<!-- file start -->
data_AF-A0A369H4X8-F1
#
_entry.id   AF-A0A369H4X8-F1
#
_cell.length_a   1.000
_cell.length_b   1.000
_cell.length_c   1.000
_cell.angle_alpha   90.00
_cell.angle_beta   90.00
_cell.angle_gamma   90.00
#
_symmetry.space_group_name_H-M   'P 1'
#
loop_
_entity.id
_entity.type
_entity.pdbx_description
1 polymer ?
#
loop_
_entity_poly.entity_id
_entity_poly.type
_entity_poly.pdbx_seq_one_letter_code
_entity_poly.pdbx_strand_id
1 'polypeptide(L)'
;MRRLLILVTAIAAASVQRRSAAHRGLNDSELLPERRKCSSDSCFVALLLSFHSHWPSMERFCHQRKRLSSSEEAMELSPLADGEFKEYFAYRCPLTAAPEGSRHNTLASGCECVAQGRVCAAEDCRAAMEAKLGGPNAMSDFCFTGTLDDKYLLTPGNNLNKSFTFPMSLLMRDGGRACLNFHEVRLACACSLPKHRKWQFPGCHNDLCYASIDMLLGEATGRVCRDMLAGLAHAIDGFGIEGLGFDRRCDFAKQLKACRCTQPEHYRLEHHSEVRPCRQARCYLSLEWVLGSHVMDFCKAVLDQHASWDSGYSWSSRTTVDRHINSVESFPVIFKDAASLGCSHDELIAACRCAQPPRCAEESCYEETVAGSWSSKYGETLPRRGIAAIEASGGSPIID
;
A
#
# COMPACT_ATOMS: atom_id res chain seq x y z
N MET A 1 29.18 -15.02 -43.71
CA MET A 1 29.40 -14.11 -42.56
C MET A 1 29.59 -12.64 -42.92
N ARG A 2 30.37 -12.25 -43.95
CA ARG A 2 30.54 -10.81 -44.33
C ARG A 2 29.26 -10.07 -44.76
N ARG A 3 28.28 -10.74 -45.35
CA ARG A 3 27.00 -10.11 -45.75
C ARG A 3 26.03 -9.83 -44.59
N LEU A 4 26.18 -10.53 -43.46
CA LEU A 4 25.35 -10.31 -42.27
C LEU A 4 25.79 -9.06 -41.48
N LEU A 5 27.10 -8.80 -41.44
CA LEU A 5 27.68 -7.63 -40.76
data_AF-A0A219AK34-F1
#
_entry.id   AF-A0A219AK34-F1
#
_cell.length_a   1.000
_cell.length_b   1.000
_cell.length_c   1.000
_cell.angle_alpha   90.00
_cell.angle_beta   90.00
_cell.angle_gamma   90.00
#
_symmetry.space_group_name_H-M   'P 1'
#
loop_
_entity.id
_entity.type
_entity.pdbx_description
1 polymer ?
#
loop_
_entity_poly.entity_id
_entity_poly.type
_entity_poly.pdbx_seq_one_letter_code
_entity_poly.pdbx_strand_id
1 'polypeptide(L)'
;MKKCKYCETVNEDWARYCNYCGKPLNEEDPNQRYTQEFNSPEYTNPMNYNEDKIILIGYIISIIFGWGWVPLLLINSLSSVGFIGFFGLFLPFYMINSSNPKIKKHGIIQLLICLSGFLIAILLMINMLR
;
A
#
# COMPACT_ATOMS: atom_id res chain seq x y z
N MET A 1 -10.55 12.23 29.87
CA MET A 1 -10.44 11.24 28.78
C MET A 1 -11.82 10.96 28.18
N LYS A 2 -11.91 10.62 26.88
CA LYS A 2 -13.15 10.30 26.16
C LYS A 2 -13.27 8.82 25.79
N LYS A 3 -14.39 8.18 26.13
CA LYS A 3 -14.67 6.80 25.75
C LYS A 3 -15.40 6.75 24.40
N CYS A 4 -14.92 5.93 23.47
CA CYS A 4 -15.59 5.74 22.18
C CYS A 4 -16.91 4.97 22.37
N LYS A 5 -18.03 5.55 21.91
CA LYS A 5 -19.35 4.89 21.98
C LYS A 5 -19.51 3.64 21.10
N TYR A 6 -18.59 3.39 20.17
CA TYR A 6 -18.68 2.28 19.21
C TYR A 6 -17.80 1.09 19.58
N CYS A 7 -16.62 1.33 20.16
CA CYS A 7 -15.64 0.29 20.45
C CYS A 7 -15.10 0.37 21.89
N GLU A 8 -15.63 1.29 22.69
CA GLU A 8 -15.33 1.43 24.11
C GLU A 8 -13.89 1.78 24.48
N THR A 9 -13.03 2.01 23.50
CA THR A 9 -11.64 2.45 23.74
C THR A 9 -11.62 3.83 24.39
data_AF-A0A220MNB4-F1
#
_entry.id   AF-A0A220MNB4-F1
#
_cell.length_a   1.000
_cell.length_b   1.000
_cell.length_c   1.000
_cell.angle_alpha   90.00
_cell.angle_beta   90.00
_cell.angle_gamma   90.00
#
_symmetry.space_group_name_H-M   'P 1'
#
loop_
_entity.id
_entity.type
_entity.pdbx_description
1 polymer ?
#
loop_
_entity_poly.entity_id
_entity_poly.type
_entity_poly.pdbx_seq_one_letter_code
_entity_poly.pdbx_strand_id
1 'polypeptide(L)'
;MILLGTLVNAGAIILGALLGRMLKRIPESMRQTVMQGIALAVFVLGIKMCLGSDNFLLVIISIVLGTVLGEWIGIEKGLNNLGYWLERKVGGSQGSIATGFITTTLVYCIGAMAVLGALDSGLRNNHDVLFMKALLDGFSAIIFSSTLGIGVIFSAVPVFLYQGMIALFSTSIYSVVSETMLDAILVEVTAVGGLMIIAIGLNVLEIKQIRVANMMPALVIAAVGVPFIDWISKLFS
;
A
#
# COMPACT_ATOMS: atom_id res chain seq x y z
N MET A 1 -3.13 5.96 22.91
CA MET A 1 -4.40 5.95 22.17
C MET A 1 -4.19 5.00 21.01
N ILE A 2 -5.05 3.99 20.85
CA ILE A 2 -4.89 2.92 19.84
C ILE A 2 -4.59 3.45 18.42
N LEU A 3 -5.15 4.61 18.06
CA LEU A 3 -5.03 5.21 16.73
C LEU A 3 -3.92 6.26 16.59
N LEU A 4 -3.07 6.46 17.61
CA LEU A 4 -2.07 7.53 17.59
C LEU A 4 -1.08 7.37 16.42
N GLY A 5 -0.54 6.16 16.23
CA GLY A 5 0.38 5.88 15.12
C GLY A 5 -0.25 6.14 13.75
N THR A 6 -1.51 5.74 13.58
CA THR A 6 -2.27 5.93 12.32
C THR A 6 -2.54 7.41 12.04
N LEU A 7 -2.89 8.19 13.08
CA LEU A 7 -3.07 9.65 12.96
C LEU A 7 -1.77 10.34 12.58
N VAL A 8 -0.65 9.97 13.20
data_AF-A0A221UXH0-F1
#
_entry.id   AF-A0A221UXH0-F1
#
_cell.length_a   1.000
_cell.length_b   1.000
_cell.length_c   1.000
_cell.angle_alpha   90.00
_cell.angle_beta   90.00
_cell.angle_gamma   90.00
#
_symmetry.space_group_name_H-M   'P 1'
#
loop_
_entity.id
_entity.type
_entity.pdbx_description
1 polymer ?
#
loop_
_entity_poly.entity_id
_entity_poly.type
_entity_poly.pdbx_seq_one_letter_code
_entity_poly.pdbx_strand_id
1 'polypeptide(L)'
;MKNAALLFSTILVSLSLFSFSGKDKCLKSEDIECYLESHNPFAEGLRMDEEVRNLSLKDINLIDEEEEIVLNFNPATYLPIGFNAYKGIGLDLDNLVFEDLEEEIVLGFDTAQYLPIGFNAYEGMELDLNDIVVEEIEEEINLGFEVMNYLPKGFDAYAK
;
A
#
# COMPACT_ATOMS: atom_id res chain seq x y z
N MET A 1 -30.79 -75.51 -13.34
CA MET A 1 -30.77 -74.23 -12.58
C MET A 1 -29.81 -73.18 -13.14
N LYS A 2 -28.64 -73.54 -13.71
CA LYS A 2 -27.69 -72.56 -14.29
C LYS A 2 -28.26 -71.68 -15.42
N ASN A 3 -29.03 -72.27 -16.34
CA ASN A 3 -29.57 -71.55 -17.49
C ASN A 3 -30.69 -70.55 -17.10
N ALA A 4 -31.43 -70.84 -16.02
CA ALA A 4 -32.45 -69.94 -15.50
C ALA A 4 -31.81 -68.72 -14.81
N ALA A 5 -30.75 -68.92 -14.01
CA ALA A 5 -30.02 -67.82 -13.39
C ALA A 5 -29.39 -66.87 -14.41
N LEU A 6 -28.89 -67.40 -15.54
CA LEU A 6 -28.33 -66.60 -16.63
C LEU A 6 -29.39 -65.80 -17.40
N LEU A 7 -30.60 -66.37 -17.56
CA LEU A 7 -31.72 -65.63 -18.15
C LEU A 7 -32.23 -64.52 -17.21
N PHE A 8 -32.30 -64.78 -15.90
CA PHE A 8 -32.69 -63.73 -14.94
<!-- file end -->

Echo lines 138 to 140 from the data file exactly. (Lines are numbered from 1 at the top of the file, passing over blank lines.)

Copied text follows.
N LEU A 3 -5.15 4.61 18.06
CA LEU A 3 -5.03 5.21 16.73
C LEU A 3 -3.92 6.26 16.59